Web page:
Photographer Shoots Phoenix Wings by Light Painting with Fire

Photographer Derek VanAlthuis took his light painting photography to fiery new heights last week when he captured this photo. In it, his model is flying away on wings created by light painting with actual fire. In fact, that fire is the only light used in the shot.

This image sits at the intersection of two of VanAlthuis’ passions: light painting photography, and the symbolism of the phoenix.

“The symbolism behind a Phoenix has always been inspirational for me. When the Phoenix perceives its death, it ignites itself into a magnificent fire. Then it re-emerges from its own ashes—reborn, ready to continue life once again,” he said in an interview with DIY Photography. “I wanted to see if I could portray this concept in my work.”

His initial attempts were created using light painting blades, but divorcing the idea of the Phoenix from fire just doesn’t seem right. So, inspired by fellow light painter Zach Alan‘s work with fire light painting and levitation, VanAlthuis grabbed a T-shirt, some lighter fluid, a wooden dowel, and safety equipment, and got to work.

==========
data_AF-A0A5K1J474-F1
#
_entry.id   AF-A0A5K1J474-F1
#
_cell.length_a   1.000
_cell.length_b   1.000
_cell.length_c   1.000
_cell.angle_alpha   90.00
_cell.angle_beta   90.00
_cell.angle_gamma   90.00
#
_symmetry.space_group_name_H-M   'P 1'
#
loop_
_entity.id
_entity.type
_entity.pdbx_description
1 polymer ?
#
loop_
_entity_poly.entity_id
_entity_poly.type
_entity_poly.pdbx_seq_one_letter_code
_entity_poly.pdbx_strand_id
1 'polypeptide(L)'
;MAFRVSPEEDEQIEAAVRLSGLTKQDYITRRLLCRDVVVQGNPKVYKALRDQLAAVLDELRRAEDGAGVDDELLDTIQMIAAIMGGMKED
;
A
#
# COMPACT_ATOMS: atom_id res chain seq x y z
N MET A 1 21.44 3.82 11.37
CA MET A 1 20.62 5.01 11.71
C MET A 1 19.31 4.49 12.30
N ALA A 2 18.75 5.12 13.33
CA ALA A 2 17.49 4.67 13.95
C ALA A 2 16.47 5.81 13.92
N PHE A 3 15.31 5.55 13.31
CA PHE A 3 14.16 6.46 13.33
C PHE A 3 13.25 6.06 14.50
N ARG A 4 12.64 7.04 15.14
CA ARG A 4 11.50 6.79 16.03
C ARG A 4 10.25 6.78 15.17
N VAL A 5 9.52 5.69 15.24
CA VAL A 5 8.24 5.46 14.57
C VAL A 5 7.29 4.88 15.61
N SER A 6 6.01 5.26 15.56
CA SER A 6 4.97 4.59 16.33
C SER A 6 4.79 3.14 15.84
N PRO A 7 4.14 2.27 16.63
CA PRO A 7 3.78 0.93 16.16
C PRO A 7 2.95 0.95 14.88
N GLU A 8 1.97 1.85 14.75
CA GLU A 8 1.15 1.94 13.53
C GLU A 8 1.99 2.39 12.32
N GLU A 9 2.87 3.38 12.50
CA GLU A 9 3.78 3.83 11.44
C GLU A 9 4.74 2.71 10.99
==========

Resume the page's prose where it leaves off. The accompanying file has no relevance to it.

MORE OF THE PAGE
He wrapped and stapled a 100% cotton (this is important, blends can melt) T-shirt around a wooden dowel, soaked it in lighter fluid, and set it on fire when he had his model Faith ready and standing on a step stool he would later remove in post.

He used a Canon 5D Mark III and 24-105mm f/4L IS USM set at f/9 to capture the shot, and exposed the whole thing for 3 seconds. Then he took the image into post to remove any shadows of himself, and that pesky stool.

For that part, he also had extra shots of the background and close-ups of Faith’s feet at hand, so he could properly remove anything that was in the way and composite parts back in. Here’s the before and after:

The final shot is quite captivating: a Phoenix, raising herself into the sky on wings made of fire. Kudos to Derek for creating something great. If you’d like to see more of his work, visit his website or give him a follow on Instagram.

Image credits: Photographs by Derek VanAlthuis and used with permission.